People walk to their destinations, park on the street due to the overwhelming absence of driveways, and live life at a very pedestrian level.

The neighborhood is extremely dense ~ very often only inches separate neighboring structures, and many structures were built for multi-family use. German Village is notably different because its appearance has changed so little.

3-Arena District . We dined and walked the quaint streets of the Arena district.

Aside from being the home of the Columbus Blue Jackets, Nationwide Arena where we watched Twenty One Pilots, also host concerts from some of the nation’s biggest acts (often the only stops these premier acts book in Ohio). Express Live! also hosts national acts in an Indoor/outdoor concert and special event venue and was named "Top 25 Most Popular Music Clubs in the U.S." by Billboard. The venue also plays host to events like Beer Fest in the summer months.

The Arena District is right in the heart or a short walk from many of Columbus' annual festivals and events happening throughout the year, like the Midwest's largest Independence Day celebration, Red, White & Boom.

4- National Veterans Memorial and Museum. We got to honor our veterans by visiting the National Veterans Memorial and Museum. One of Columbus’ newest attractions, the National Veterans Memorial and Museum , located on the downtown riverfront, is the only place in America dedicated to telling the stories of veterans of all branches of military service over the course of all conflicts. The building itself is an architectural masterpiece, winning accolades from Architectural Digest for its curving lines and unique cast concrete construction.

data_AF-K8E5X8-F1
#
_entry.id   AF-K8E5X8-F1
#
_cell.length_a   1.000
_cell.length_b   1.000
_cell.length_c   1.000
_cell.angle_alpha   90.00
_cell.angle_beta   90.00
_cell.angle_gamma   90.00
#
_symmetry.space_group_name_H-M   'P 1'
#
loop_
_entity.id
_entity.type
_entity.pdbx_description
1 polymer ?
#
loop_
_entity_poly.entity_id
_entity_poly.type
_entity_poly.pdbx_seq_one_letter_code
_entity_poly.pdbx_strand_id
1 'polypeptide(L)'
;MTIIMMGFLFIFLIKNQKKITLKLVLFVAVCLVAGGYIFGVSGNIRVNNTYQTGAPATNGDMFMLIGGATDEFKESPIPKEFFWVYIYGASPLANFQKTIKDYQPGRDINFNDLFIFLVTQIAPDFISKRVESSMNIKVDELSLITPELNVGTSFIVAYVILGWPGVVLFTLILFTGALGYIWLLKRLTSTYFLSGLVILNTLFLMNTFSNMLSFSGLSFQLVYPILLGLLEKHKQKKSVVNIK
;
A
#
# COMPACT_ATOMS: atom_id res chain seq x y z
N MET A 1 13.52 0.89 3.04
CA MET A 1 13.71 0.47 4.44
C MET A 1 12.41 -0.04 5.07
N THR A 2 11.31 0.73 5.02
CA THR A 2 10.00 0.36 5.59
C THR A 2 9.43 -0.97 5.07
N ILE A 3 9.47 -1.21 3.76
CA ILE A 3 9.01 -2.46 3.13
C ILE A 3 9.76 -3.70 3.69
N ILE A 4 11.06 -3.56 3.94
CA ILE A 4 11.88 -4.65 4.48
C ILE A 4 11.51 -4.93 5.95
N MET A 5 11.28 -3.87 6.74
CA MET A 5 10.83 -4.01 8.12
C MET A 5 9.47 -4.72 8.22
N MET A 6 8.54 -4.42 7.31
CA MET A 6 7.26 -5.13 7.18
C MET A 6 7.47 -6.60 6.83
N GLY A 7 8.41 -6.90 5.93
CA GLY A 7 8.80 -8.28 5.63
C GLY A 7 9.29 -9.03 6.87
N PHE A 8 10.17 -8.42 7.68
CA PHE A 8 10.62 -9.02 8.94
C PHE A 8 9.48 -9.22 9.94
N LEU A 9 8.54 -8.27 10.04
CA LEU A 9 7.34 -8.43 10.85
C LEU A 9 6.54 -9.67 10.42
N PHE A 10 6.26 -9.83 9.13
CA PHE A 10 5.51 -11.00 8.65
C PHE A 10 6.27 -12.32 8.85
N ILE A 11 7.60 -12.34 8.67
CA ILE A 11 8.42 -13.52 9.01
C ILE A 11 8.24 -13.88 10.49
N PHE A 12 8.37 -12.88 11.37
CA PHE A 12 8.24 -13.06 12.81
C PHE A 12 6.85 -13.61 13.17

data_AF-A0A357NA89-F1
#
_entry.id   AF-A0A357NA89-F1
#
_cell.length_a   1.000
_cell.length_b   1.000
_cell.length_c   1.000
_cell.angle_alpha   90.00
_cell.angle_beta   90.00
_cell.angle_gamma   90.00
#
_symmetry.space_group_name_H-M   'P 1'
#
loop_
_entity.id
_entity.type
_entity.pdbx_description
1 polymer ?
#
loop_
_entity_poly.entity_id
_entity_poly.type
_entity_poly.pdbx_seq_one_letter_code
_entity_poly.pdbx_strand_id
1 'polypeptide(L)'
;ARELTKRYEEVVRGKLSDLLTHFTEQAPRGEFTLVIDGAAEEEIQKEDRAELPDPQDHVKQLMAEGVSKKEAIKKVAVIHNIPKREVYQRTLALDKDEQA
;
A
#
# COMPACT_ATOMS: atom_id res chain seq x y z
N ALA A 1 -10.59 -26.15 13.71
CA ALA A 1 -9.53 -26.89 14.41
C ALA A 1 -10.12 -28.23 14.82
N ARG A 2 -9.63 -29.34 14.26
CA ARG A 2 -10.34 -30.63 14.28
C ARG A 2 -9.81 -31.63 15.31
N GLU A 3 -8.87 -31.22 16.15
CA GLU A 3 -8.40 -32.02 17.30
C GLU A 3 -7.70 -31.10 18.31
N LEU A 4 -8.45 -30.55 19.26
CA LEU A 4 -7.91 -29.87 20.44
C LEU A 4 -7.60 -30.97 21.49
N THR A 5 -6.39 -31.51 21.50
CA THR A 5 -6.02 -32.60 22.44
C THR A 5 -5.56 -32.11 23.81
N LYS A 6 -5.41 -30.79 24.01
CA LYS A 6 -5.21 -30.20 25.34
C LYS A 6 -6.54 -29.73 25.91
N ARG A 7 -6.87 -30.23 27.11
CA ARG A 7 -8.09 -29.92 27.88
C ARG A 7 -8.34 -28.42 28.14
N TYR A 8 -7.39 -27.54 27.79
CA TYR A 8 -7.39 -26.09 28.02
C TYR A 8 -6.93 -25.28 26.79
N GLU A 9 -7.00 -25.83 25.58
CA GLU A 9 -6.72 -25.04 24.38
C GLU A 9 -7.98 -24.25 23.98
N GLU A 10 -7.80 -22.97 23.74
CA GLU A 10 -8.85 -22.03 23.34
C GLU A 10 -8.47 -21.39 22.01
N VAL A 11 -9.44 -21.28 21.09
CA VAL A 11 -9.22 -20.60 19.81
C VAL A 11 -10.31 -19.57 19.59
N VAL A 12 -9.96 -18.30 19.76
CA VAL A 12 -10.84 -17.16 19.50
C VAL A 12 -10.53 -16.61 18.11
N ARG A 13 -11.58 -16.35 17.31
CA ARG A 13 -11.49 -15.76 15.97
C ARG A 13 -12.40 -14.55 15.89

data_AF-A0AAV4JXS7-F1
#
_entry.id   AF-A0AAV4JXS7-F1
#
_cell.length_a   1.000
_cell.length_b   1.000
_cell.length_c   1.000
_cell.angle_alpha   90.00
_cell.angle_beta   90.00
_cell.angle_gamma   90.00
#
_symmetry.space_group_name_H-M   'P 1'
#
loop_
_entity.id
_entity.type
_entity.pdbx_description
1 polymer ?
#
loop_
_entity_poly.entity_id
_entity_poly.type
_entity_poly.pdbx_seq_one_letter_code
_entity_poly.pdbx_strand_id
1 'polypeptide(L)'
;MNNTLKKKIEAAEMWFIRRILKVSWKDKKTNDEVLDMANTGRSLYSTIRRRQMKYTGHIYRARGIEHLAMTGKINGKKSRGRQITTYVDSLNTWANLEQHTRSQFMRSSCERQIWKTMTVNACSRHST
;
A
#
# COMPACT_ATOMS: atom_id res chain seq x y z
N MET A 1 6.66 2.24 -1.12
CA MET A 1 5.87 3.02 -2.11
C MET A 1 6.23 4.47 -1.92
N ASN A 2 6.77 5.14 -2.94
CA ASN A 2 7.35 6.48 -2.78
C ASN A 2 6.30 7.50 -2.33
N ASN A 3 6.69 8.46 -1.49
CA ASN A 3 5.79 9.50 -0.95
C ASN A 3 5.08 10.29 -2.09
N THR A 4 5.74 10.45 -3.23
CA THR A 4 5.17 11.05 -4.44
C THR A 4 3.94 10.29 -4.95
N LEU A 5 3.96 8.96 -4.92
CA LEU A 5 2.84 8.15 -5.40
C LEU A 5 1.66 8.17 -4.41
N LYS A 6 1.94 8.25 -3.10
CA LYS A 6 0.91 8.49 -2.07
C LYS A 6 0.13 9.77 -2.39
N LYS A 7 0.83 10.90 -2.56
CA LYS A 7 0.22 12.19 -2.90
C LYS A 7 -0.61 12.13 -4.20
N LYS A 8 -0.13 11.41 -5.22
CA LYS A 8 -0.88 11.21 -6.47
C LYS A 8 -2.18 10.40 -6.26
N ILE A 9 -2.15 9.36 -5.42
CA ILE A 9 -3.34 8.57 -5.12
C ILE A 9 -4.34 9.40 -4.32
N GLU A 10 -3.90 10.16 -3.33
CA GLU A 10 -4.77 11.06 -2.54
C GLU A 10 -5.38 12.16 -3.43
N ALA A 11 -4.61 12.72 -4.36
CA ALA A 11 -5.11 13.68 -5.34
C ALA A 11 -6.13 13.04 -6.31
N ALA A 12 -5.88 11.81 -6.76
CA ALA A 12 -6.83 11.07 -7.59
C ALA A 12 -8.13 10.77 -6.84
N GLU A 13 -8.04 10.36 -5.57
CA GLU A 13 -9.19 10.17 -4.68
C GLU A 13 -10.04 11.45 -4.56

Exhibits in the succinct circular space take place in a series of alcoves, where the different parts of a service member's journey are told, from enlistment to swearing-in, to training camp, to wartime service to coming home. While there are a few artifacts, they tend toward the personal (letters from home and tokens of good luck,) and the experience of military service is explored primarily through personal stories. Video interviews from a diverse array of veterans narrate the way, leading to a powerful understanding of the sacrifice veterans make, as well as the similarities and differences of their military experiences.